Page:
Secrets of Bonding 119: Lien On Me

Secrets of Bonding 119 Lien On Me

It’s not what you don’t know that can get you in trouble. It’s the things you know for sure that it isn’t true. A famous quote by…?

Let’s take a look at what construction liens are all about. Construction liens can have a significant impact on companies and construction contracts.

A mechanic’s lien is filed when a subcontractor on a construction project is not paid. A lien is a claim against the project. The lien can be filed against the property owner by the unpaid mason (subcontractor). “All my bricks and labor are on that facade. They are mine now. I cannot take them back, but I will claim that I owe money!”

Liens can be used for non-governmental projects. Payment Bonds are used to protecting public buildings from claimants. The payment bond, which is issued by surety firms, protects suppliers of labor and materials from non-payment.

This is all so far pretty straightforward. Unpaid suppliers and sub-contractors can file a lien on private contracts. They can file a claim instead of on the payment bond for government jobs.

These are just a few of the many combinations that are worth your attention.

Release of Lien

You can release the lien or “bond off” it by filing a Release of Lien Bond. This releases the lien from the property, which is suitable for the project owner. However, it also provides financial protection to the plaintiff (unpaid sub- or supplier). However, the dispute remains unresolved—the plaintiff’s security shifts from a physical project to a surety bond.

It is difficult to get a release of the lien bond. However, if a payment bond was issued, the surety may have the motivation to stop a claim for a payment bond. In this case, issuing the lien release bond might be possible.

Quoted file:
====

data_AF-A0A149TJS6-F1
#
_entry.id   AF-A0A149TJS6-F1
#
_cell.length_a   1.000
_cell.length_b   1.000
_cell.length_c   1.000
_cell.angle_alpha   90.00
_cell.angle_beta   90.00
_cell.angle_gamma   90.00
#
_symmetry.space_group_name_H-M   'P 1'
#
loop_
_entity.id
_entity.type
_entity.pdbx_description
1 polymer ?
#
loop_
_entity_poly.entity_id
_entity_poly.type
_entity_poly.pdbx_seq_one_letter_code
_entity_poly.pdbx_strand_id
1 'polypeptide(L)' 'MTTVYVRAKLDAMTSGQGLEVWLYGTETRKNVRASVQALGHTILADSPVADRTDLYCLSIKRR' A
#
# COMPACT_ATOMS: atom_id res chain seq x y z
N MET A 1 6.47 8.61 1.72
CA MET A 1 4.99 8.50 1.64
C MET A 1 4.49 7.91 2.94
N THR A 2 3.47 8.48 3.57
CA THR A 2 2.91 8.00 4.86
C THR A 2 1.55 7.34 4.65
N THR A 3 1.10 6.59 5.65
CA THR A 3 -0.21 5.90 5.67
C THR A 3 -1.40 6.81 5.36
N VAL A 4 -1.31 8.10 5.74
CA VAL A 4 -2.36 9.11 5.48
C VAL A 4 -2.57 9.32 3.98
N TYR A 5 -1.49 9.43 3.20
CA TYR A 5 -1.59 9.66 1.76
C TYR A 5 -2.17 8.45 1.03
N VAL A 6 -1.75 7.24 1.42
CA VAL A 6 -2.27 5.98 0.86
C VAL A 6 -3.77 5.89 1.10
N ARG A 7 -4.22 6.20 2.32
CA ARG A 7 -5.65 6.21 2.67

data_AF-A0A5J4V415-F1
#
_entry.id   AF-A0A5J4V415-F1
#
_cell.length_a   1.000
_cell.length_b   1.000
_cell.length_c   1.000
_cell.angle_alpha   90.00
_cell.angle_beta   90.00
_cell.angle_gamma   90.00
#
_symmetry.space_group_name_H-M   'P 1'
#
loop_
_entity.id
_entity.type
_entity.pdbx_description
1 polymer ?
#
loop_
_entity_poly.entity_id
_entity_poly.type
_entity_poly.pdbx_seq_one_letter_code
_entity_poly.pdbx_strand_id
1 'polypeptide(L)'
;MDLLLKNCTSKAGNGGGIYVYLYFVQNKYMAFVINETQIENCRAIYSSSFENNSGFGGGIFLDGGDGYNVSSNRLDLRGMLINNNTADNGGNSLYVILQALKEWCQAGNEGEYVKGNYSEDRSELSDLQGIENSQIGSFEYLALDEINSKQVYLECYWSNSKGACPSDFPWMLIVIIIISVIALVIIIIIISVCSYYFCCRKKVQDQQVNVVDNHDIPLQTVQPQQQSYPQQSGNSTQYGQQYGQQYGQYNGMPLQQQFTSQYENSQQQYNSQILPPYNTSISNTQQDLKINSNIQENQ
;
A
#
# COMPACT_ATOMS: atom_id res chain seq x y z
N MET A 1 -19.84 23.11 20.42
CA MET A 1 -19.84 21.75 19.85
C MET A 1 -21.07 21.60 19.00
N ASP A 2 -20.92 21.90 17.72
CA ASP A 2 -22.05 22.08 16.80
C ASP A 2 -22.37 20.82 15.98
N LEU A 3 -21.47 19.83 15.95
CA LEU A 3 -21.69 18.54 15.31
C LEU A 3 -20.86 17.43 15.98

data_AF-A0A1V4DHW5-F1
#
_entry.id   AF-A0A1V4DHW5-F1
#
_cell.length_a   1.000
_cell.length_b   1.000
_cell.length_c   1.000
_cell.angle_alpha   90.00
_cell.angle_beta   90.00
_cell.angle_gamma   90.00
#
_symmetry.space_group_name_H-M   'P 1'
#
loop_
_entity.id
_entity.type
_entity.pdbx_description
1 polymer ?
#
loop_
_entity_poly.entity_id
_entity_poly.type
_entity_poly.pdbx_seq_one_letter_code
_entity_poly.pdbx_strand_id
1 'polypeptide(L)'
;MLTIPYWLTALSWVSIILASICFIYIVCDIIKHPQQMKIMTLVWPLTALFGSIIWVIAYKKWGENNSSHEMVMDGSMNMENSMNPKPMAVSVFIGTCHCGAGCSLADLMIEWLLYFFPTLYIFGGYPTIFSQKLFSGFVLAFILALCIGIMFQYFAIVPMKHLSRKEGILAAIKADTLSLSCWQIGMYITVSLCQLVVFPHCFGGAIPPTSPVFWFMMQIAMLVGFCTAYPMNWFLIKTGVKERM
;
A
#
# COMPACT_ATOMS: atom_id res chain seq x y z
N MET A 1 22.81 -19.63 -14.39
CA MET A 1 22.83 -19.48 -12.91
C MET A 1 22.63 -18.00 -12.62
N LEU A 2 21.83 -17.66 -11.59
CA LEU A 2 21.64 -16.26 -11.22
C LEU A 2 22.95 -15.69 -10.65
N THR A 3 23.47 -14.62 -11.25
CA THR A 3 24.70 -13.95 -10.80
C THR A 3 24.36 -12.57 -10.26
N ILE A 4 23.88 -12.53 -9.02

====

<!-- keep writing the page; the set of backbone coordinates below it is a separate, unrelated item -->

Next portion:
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The lien release bond relieves the defendant (general contractor) from some of the pressure when it is filed. The lien release bond can be assumed that the owner, who is the beneficiary of the lien, will have to pay the mason hopes. The lien becomes bonded, and the effect is lost from the owner of the project but not from the surety.

Stop Notifications

The procedure used in Washington, California, Arizona, Alaska, and Mississippi is slightly different. A Stop Notice is filed for governmental projects. This freezes part of the project funds to protect the claimant. The GC can either take immediate action or file a Release Of Stop Notice bond to continue the flow of funds while they deal with the dispute.

Learn the Difference

Mechanic’s Liens are filed against the project owner. The claim attaches to the real property and is recorded on the title. This restricts the owner’s ability to dispose of the property.

A lien can be used to pay the claimant regardless of whether the owner has paid the GC. To clear the lien (and title), the owner might have to pay twice.

Stop Notices “trap” contract funds, assuming that there are sufficient funds.

The Stop Notice is void if it is filed by the claimant after funds have been paid.

There are other fundamental differences.

The stop notice is not alien and does not grant security to the debt.
Although the stop notice is sent out to the parties concerned, it is not recorded as legal such as a lien against the property. Because it is less formal, the claim is often ignored or not recorded.
The Stop Notice, which is different from a Mechanics Lien, can have an impact on the entire project. It freezes a portion of the contract funds – which may be needed by the GC to continue working.
We are not lawyers. Call an attorney if you have a legal problem. This article is intended for entertainment purposes only. Give me a break!

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Steve Golia has extensive experience providing bid and performance bonds to contractors. He has been solving bond problems for contractors for over 30 years and helping them succeed when others have failed.

Bonding Pros has the market access and underwriting talent you need. All this is complemented by exceptional service and easy access.

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